As much as reach is important, if the campaign does not have sufficient exposures as commercials to capture the market then once again the campaign would not be a successful. Sufficient exposures would be defined as frequency. In planning there are two different frequencies that can be identified: Average Frequency and Effective Frequency.

Of the two Avg. Frequency is the average number of times that an individual has in seeing the commercials within a campaign. Sometimes this is also referred to as “Opportunities to See (OTS)”. Whilst the OTS gives and average times that an individual has the opportunity to see the commercials the “Effective Frequency (EF)” refers to the number time a commercial should be seen by an individual to perform a desired act.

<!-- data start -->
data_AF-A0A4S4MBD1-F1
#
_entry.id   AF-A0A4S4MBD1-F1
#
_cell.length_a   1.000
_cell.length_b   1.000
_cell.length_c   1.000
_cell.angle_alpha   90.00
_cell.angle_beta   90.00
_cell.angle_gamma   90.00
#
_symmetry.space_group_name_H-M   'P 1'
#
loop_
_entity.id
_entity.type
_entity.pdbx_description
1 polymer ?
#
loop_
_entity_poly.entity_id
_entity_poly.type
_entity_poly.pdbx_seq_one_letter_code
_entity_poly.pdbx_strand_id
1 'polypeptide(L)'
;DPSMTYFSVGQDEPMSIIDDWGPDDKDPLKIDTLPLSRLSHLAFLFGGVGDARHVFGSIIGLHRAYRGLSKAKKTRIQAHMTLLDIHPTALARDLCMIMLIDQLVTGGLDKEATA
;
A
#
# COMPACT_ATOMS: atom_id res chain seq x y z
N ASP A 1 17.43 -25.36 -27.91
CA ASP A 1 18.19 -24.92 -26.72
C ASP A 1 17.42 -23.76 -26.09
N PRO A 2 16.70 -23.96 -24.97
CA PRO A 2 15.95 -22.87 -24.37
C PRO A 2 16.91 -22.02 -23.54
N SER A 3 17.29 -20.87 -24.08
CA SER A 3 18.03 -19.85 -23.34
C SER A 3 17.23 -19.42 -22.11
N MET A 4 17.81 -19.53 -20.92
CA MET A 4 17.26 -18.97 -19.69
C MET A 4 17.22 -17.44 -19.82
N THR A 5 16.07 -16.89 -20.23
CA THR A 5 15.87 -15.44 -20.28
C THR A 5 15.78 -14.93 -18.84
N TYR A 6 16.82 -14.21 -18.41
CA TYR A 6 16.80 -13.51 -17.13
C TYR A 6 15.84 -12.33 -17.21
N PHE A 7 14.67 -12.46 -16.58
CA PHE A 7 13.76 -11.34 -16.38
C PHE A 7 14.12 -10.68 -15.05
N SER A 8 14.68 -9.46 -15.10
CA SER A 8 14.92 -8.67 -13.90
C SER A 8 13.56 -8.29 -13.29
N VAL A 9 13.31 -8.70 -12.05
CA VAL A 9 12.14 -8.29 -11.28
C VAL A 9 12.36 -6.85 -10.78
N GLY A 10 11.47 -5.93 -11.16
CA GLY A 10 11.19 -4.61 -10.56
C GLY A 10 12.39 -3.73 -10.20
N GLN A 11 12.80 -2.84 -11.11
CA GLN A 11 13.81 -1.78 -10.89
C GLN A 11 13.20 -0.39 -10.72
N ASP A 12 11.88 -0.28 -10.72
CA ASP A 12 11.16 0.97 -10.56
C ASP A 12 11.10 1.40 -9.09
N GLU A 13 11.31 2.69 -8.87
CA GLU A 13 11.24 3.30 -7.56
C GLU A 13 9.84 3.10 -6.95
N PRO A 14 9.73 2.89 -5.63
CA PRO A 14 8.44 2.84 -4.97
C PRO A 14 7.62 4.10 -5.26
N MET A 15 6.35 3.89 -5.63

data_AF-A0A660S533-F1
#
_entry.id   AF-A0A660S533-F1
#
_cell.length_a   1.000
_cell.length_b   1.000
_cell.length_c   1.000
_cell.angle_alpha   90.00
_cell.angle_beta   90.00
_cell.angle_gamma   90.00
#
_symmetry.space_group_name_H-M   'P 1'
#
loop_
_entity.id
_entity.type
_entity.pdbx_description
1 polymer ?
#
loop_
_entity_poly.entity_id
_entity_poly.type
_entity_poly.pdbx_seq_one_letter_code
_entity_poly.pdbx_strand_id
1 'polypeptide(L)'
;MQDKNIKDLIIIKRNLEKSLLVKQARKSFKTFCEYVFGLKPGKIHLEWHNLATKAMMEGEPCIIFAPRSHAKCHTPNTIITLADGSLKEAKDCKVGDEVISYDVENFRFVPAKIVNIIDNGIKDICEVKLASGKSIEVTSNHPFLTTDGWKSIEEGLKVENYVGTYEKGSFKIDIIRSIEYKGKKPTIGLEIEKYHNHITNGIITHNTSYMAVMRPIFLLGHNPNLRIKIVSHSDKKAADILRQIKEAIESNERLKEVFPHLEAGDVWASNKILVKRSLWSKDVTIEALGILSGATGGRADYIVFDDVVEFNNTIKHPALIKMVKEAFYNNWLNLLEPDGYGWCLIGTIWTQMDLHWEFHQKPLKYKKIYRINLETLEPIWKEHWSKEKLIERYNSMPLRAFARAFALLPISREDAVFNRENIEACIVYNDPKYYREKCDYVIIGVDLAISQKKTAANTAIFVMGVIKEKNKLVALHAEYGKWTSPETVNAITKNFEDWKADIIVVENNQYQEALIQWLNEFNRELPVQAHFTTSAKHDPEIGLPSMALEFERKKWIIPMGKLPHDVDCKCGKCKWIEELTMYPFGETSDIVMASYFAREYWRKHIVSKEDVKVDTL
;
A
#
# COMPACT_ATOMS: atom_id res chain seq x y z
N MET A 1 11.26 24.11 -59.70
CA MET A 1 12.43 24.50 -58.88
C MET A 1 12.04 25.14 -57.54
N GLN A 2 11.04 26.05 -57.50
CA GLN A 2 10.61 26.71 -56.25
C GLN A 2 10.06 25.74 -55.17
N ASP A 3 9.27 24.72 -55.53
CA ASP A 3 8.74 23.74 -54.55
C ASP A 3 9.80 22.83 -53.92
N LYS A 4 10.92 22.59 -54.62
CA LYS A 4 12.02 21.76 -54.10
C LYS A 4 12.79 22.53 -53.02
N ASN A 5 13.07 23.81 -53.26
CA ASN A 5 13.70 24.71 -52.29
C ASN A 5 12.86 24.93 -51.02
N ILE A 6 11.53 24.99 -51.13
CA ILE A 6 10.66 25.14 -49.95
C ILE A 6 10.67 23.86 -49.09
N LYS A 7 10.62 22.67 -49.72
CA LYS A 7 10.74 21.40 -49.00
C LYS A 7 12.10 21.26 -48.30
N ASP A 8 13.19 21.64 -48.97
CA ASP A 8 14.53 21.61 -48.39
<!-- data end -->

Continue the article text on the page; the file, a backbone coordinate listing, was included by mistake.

The most important factor would be the Effective Frequency, as it defines the minimum times an individual need to be exposed to a commercial considering marketing, creatives, and media factors. 

Insufficient frequency of advertising results in lower TOMA (Top of Mind Awareness). This in return would result in the brand not being within the consideration set when a consumer is in the process of purchasing a brand or consuming a service. 

Ideally brand must consider a combination of reach and frequency levels than thinking about CPRP alone. This would help in ensuring that the brand is strong in communication against the competition to ensure in achieving the marketing goals. 

The process

If a brand needs to advertise then the best would be to first identify what is the effective frequency level a brand must advertise in. Often this would be referred to as 1 +, 3 + or 5 +. It is important to follow a proper scientific model to define the effective frequency level instead of arbitrary decisions being made.